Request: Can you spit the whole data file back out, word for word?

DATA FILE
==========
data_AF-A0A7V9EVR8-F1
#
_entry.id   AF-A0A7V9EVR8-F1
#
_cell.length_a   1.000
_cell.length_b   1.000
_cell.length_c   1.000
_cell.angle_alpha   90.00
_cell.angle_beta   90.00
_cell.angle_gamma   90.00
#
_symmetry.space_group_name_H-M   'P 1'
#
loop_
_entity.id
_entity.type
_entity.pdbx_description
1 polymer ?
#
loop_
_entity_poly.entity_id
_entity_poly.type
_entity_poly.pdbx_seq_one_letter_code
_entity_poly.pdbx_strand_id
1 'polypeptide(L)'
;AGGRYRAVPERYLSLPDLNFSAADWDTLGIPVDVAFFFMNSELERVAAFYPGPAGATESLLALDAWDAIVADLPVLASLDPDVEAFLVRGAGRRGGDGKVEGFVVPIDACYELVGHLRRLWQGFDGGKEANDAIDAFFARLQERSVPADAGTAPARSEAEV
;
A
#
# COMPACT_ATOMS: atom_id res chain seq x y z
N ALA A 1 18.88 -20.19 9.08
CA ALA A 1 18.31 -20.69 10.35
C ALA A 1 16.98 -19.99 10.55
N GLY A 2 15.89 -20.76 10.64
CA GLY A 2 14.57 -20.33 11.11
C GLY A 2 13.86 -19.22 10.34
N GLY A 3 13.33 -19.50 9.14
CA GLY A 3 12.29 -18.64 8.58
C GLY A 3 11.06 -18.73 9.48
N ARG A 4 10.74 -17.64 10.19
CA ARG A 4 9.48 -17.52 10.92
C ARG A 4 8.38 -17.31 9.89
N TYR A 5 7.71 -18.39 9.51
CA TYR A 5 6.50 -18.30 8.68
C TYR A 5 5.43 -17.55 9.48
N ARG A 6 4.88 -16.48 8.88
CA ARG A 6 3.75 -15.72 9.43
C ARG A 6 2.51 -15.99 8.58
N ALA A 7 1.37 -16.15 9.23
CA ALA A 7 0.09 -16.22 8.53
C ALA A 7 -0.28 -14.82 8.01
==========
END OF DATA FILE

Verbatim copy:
data_AF-A0A7V9EVR8-F1
#
_entry.id   AF-A0A7V9EVR8-F1
#
_cell.length_a   1.000
_cell.length_b   1.000
_cell.length_c   1.000
_cell.angle_alpha   90.00
_cell.angle_beta   90.00
_cell.angle_gamma   90.00
#
_symmetry.space_group_name_H-M   'P 1'
#
loop_
_entity.id
_entity.type
_entity.pdbx_description
1 polymer ?
#
loop_
_entity_poly.entity_id
_entity_poly.type
_entity_poly.pdbx_seq_one_letter_code
_entity_poly.pdbx_strand_id
1 'polypeptide(L)'
;AGGRYRAVPERYLSLPDLNFSAADWDTLGIPVDVAFFFMNSELERVAAFYPGPAGATESLLALDAWDAIVADLPVLASLDPDVEAFLVRGAGRRGGDGKVEGFVVPIDACYELVGHLRRLWQGFDGGKEANDAIDAFFARLQERSVPADAGTAPARSEAEV
;
A
#
# COMPACT_ATOMS: atom_id res chain seq x y z
N ALA A 1 18.88 -20.19 9.08
CA ALA A 1 18.31 -20.69 10.35
C ALA A 1 16.98 -19.99 10.55
N GLY A 2 15.89 -20.76 10.64
CA GLY A 2 14.57 -20.33 11.11
C GLY A 2 13.86 -19.22 10.34
N GLY A 3 13.33 -19.50 9.14
CA GLY A 3 12.29 -18.64 8.58
C GLY A 3 11.06 -18.73 9.48
N ARG A 4 10.74 -17.64 10.19
CA ARG A 4 9.48 -17.52 10.92
C ARG A 4 8.38 -17.31 9.89
N TYR A 5 7.71 -18.39 9.51
CA TYR A 5 6.50 -18.30 8.68
C TYR A 5 5.43 -17.55 9.48
N ARG A 6 4.88 -16.48 8.88
CA ARG A 6 3.75 -15.72 9.43
C ARG A 6 2.51 -15.99 8.58
N ALA A 7 1.37 -16.15 9.23
CA ALA A 7 0.09 -16.22 8.53
C ALA A 7 -0.28 -14.82 8.01